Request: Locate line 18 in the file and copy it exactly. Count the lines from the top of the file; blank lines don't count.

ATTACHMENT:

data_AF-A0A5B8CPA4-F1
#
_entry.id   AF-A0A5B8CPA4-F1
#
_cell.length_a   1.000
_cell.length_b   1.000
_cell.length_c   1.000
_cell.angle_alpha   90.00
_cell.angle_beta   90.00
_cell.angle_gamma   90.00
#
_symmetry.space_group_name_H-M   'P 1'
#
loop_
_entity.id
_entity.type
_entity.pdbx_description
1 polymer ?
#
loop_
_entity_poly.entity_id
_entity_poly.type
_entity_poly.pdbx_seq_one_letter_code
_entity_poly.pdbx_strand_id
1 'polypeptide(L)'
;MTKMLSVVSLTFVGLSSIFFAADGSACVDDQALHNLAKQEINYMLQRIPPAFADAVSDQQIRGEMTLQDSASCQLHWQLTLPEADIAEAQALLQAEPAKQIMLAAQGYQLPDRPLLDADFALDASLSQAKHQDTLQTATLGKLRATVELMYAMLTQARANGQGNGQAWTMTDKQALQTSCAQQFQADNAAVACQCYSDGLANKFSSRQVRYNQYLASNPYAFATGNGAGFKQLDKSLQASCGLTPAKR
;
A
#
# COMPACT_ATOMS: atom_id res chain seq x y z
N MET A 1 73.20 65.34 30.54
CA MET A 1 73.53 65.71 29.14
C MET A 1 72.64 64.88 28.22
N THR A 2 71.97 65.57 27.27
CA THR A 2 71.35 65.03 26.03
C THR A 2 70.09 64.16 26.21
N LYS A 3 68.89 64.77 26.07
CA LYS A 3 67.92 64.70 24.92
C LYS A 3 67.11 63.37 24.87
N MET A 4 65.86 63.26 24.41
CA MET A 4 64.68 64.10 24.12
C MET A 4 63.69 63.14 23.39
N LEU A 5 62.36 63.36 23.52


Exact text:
1 polymer ?